Netflix’s Bird Box once again finds itself at the center of controversy. Earlier this week, the movie sparked a change in YouTube’s guidelines after people started posting videos of themselves doing potentially dangerous things (like driving) blindfolded. Today, the streaming giant came under fire for using real footage in Bird Box from a 2013 rail disaster in Lac-Mégantic that killed 47 people — and refusing to remove the clips involving the real-life disaster from the film.
Residents of the Quebec town expressed outrage at the way the use of the images minimizes the impact of the tragedy. In an interview with CBC, the deputy city manager of Lac-Mégantic expressed frustration with the use of the images as a device to show a fake disaster, when, for locals, the images are instantly recognizable as their own tragedy.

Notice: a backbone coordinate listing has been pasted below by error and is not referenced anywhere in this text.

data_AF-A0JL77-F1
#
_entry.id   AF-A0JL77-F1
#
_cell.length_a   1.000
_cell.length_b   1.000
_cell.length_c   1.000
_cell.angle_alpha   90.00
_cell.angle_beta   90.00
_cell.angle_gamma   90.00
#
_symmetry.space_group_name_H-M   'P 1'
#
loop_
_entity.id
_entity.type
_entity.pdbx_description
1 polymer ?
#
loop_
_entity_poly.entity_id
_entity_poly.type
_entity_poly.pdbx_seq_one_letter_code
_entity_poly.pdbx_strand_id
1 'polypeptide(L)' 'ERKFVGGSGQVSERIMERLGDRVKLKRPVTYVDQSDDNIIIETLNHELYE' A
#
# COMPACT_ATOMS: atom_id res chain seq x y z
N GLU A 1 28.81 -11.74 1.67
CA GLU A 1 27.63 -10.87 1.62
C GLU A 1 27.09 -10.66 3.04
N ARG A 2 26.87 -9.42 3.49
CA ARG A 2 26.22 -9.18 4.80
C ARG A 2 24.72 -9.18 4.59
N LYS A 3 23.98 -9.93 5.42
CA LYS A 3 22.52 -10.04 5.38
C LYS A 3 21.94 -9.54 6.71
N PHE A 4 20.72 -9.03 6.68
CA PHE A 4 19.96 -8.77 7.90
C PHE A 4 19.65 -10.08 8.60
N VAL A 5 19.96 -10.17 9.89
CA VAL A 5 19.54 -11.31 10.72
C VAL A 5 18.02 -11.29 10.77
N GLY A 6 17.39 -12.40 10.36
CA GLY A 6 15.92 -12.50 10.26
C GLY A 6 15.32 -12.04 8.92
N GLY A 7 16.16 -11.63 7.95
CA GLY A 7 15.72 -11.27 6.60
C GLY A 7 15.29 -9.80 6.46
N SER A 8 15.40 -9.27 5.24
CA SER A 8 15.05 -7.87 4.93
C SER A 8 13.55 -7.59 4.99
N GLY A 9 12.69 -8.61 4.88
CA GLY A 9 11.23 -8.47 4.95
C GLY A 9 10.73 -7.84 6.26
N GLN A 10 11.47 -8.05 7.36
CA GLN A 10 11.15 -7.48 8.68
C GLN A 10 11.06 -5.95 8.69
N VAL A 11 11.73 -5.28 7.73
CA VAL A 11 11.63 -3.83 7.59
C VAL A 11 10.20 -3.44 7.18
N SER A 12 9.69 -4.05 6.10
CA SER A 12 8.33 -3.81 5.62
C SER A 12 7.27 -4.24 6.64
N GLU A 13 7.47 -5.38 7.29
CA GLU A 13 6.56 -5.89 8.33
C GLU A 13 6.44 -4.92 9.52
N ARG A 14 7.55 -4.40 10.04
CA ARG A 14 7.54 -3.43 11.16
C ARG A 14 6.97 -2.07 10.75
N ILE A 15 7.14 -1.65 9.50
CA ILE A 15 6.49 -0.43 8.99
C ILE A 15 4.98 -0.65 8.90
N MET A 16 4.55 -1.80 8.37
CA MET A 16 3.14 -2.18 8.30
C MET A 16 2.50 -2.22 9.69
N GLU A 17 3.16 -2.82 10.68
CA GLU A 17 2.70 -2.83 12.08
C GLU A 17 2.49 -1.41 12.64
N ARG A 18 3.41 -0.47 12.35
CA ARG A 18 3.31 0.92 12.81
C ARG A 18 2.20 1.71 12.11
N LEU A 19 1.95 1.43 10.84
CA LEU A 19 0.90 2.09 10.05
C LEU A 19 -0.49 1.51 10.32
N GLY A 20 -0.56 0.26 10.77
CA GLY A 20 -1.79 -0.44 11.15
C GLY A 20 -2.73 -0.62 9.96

CBC reported that the images were purchased from a stock-footage company, and noted that this is the second Netflix production allegedly using images from the Lac-Mégantic disaster. Travelers is the other, and the show’s parent company is already working to replace the footage. But a spokesperson for Netflix told the AP that the clip will stay in the movie.
Bird Box can’t seem to stay out of the headlines (or memes) these days. After its December release, the movie inspired a treacherous social-media challenge where people film themselves doing everything from walking outside to giving tattoos to spending an entire day blindfolded. The videos caused Netflix to issue a statement asking people to stop, but earlier this week, the challenge even prompted YouTube to update its community guidelines to ban “dangerous challenges and pranks.” So … voluntary choking (the cinnamon challenge), blood-vessel popping (the Kylie Jenner challenge), burning (the salt-and-ice challenge), and binge-drinking (neknominate) weren’t enough, but a blindfold meme is what finally did it?